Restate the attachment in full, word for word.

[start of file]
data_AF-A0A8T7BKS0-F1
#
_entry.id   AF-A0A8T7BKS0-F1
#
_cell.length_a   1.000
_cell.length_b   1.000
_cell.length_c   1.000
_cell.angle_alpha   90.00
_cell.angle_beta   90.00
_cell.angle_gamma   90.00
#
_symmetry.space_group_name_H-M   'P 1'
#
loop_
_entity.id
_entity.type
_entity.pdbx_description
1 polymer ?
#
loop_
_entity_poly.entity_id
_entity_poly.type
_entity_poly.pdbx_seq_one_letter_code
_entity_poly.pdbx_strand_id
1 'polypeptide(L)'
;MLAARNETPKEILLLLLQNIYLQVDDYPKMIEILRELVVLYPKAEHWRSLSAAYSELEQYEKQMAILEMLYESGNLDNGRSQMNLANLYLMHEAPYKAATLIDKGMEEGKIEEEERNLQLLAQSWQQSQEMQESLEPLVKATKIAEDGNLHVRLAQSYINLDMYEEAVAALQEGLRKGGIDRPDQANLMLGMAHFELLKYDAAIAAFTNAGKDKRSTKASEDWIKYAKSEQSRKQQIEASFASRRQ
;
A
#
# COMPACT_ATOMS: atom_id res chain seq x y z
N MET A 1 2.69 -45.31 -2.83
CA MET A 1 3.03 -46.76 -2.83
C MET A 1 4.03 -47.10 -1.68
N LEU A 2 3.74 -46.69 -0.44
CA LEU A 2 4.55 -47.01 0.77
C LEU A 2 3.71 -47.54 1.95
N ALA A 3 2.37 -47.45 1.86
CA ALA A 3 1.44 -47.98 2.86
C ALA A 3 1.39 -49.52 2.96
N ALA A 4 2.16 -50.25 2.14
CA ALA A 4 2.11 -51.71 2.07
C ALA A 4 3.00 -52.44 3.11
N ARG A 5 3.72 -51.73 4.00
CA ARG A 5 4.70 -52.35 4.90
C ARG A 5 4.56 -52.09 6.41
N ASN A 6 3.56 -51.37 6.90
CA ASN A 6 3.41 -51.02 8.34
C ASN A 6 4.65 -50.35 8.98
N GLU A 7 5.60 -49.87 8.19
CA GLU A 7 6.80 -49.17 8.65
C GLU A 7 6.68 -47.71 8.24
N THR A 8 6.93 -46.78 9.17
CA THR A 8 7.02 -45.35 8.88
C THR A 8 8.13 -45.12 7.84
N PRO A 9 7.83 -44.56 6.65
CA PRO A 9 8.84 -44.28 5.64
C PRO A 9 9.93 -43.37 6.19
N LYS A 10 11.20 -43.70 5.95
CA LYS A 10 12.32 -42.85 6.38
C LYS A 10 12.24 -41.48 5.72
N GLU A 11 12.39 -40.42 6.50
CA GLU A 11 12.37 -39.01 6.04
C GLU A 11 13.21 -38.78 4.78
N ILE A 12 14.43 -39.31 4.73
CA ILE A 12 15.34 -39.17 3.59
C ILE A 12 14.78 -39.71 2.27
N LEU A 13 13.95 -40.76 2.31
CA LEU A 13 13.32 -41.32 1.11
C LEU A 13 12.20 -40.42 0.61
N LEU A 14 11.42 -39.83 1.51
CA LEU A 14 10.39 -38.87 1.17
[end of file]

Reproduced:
data_AF-A0A8T7BKS0-F1
#
_entry.id   AF-A0A8T7BKS0-F1
#
_cell.length_a   1.000
_cell.length_b   1.000
_cell.length_c   1.000
_cell.angle_alpha   90.00
_cell.angle_beta   90.00
_cell.angle_gamma   90.00
#
_symmetry.space_group_name_H-M   'P 1'
#
loop_
_entity.id
_entity.type
_entity.pdbx_description
1 polymer ?
#
loop_
_entity_poly.entity_id
_entity_poly.type
_entity_poly.pdbx_seq_one_letter_code
_entity_poly.pdbx_strand_id
1 'polypeptide(L)'
;MLAARNETPKEILLLLLQNIYLQVDDYPKMIEILRELVVLYPKAEHWRSLSAAYSELEQYEKQMAILEMLYESGNLDNGRSQMNLANLYLMHEAPYKAATLIDKGMEEGKIEEEERNLQLLAQSWQQSQEMQESLEPLVKATKIAEDGNLHVRLAQSYINLDMYEEAVAALQEGLRKGGIDRPDQANLMLGMAHFELLKYDAAIAAFTNAGKDKRSTKASEDWIKYAKSEQSRKQQIEASFASRRQ
;
A
#
# COMPACT_ATOMS: atom_id res chain seq x y z
N MET A 1 2.69 -45.31 -2.83
CA MET A 1 3.03 -46.76 -2.83
C MET A 1 4.03 -47.10 -1.68
N LEU A 2 3.74 -46.69 -0.44
CA LEU A 2 4.55 -47.01 0.77
C LEU A 2 3.71 -47.54 1.95
N ALA A 3 2.37 -47.45 1.86
CA ALA A 3 1.44 -47.98 2.86
C ALA A 3 1.39 -49.52 2.96
N ALA A 4 2.16 -50.25 2.14
CA ALA A 4 2.11 -51.71 2.07
C ALA A 4 3.00 -52.44 3.11
N ARG A 5 3.72 -51.73 4.00
CA ARG A 5 4.70 -52.35 4.90
C ARG A 5 4.56 -52.09 6.41
N ASN A 6 3.56 -51.37 6.90
CA ASN A 6 3.41 -51.02 8.34
C ASN A 6 4.65 -50.35 8.98
N GLU A 7 5.60 -49.87 8.19
CA GLU A 7 6.80 -49.17 8.65
C GLU A 7 6.68 -47.71 8.24
N THR A 8 6.93 -46.78 9.17
CA THR A 8 7.02 -45.35 8.88
C THR A 8 8.13 -45.12 7.84
N PRO A 9 7.83 -44.56 6.65
CA PRO A 9 8.84 -44.28 5.64
C PRO A 9 9.93 -43.37 6.19
N LYS A 10 11.20 -43.70 5.95
CA LYS A 10 12.32 -42.85 6.38
C LYS A 10 12.24 -41.48 5.72
N GLU A 11 12.39 -40.42 6.50
CA GLU A 11 12.37 -39.01 6.04
C GLU A 11 13.21 -38.78 4.78
N ILE A 12 14.43 -39.31 4.73
CA ILE A 12 15.34 -39.17 3.59
C ILE A 12 14.78 -39.71 2.27
N LEU A 13 13.95 -40.76 2.31
CA LEU A 13 13.32 -41.32 1.11
C LEU A 13 12.20 -40.42 0.61
N LEU A 14 11.42 -39.83 1.51
CA LEU A 14 10.39 -38.87 1.17